Mad Men might be the most economical show on television. It never lets anything go to waste, including the heavy Inferno symbolism of last season. This week, a certain poster that actually debuted in Roger’s office last season again took center stage: Seymour Chwast’s 1967 Commedia illustration of Mephistopheles holding court over a fleet of lost souls, looking like a sinister Mr. Kite. As Roger’s son-in-law and the former Mrs. Sterling argue over the wayward Margaret’s fate, Satan looks on benignly from the wall. When Don breaks in to Roger’s office to nab a bottle of the hard stuff, choosing temptation over sobriety, he confronts the image for a moment before absconding to his office to get tanked.
“This machine is intimidating because it contains infinite quantities of information, and that’s threatening,” Lease Tech Lloyd tells Don. “Human existence is finite.” This week’s episode’s was called “The Monolith,” a moniker for the massive computer that displaces SC&P’s creatives from the creative lounge, a symbol of Don’s seemingly insurmountable drinking problem, and a nod to the immense and anxiety-provoking future that faces our characters—a world where men can fly to the moon, a world where Don’s existence has never looked more finite.
As Lloyd notes, the new technology tends to cause a “cosmic disturbance,” becoming a proxy for whatever drama is going down in any given office. In Don’s case, the drama lies within himself. Sauced beyond recognition after his errand to the wet bar, he drunk dials the stalwart Freddy, who treks to the office to shepherd his former colleague to safety. “Are you just going to kill yourself?” Freddy demands. But Don glimpses Lloyd on the way out, and speaking from a troubled psyche, attributes to the genial visionary a more nefarious identity. “You go by many names. I know who you are,” he says, addressing the computer salesman as the Prince of Darkness. “You don’t need a campaign. You’ve had the best campaign since the dawn of time.” In the depths of his wretchedness, Don could be speaking to himself here: After all, Dick Whitman has been selling himself since the beginning.
Another, more hopeful symbol emerges as a counterpart to the Dante poster and it may become Don’s talisman: a New York Mets pennant. Don finds it under the credenza, a vestige of Lane, that great Americanophile, who was ultimately destroyed by his adopted country. In that sense, the pennant initially appears as a sign of misplaced faith and eventual defeat, a meaning that resonates for Don. He pitches it into the trash, but by the next scene it’s made it onto his wall—the only scrap of color in an office otherwise greyer than a tomb. “I started this agency,” a stung Don tells Cooper. “Along with a dead man,” the senior partner responds, “whose office you now inhabit.” (Jesus, Cooper. That’s cold—like your old, wrinkled hands. People who live in glass offices shouldn’t throw stones.)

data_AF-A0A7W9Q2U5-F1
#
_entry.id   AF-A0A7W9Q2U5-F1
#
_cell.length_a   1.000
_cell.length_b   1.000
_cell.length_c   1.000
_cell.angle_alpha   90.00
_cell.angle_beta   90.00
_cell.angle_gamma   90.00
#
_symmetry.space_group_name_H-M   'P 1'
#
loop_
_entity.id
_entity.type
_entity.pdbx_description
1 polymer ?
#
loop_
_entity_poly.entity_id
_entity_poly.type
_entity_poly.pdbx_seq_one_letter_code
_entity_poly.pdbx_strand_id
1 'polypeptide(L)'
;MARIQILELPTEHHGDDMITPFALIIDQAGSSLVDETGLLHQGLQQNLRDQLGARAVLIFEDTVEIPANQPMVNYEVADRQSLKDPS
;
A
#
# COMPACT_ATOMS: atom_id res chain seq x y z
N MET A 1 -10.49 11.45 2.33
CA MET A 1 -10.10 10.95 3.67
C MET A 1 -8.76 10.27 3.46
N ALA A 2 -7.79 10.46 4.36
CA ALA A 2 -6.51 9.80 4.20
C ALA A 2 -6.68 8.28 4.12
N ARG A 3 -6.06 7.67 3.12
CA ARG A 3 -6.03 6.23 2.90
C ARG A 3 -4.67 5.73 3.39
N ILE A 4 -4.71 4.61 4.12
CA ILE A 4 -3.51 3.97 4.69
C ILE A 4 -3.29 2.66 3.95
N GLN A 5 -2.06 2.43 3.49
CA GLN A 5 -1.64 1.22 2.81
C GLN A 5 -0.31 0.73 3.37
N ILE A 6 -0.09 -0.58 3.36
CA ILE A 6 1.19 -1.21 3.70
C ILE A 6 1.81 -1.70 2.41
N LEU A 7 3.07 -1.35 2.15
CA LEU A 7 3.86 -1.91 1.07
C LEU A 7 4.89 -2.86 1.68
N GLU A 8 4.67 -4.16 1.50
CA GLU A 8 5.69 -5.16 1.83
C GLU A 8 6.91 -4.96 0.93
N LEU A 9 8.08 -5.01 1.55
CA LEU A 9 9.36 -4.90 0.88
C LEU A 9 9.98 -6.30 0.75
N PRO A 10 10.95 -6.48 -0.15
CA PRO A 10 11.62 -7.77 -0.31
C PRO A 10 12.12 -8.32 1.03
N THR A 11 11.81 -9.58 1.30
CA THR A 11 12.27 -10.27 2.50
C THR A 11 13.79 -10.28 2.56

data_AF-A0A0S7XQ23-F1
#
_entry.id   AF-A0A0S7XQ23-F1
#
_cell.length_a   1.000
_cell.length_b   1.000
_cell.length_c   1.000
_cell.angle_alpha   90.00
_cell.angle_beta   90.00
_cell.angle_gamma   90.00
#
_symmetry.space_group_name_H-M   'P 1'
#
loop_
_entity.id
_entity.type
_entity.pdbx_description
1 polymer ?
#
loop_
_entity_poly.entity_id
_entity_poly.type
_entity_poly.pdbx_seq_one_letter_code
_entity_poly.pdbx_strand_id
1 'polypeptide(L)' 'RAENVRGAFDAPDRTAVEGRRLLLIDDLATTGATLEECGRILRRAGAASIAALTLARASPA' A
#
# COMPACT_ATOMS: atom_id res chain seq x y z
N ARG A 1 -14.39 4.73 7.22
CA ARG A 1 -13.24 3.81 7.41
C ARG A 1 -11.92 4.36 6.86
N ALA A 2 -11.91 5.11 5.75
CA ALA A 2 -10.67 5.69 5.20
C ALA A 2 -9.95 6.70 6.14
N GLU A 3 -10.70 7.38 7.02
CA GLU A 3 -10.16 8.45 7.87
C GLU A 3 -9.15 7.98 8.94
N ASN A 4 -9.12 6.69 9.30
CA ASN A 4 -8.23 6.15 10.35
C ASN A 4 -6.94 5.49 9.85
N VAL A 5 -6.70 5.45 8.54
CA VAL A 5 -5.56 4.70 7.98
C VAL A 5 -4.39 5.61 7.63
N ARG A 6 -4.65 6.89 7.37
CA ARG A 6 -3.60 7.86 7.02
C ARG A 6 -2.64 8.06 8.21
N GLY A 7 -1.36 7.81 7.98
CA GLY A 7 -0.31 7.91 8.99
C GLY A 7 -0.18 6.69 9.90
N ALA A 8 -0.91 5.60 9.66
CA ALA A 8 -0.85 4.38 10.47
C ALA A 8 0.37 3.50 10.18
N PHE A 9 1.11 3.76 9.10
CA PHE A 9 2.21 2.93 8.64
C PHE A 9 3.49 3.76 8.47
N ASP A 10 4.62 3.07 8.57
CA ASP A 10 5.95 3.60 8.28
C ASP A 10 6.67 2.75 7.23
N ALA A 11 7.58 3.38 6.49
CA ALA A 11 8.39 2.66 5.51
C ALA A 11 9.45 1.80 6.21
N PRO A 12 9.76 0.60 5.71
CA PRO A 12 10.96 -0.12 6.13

Amid Don’s bender, the Mets become the object of his fixation. And with good reason: in October 1969, the team overcame its reputation as the screw-up stepbrother to the Yankees and achieved one of the greastest upsets in baseball history, winning the World Series against the Baltimore Orioles. After a stern talking-to from Freddy, Don gropes his way back toward sobriety. “I’ll have your tags by lunch,” he tells Peggy, having earlier flaunted her limited authority. Redemption may be on the horizon.
We need to talk about Peggy. After three distasteful episodes in which she mooned over Ted, threw a hissy fit at her secretary, crowed over Don’s downfall, and otherwise humiliated herself, it seemed like Peggy had briefly taken up Betty’s fallen mantle as the writing room’s favorite punching bag. (Probably as a backlash against all her Sheryl Sandberg-esque leaning in—even we couldn’t handle one more triumphant glass-shattering scene.) But here, Peggy reminded us again why we love her. After Lou wisely buys her loyalty with a well-timed raise (he’s no fool—he knows he stands to lose from any Draper-Olson alliance), Peggy, tasked with putting Don on her team, marches up to his door before her nerves fail her. Since playing the supplicant is distasteful, she adopts an ingenious solution: play home court advantage. She calls Don and a junior copywriter into her office, earning a stony glare and passive-aggressive resistance until Don, by episode’s end, capitulates. With her former mentor really and truly on his best behavior, a reconciliation between equals could be in the offing.
We finally got the other half of the oddest exchange from the season premiere, a heavily scored “forgiveness” scene between Roger and daughter Margaret. In the interim, she’s ditched her milquetoast husband and four year-old son, joined a commune, and taken some lovers. “I’m sorry, but you don’t get to do this,” Roger rightfully scolds her, but she throws his guilt trip back at him. Why should she think of her son? Her father outsourced her childhood to secretaries. She walks off and Roger, muddied and disgraced, heads home. Roger and Mona’s trip north revealed some overdue insight into how their indulgent, matrimony-oriented parenting style might have backfired. After hustling himself back into a secure position at SC&P following the loss of Lucky Strike, Roger has taken an increasingly self-destructive dive, experimenting with acid and free love. “Marigold” has inherited her father’s legacy. It’s possible Margaret’s implosion could prove the wakeup call Roger needs to turn his life around—but then, he’s always been skilled at sidestepping productive self-analysis.
No teary phonecalls from Megan this episode, but it’s likely next week will feature an update on the state of the Draper union. And what of Sally and Miss Porter’s?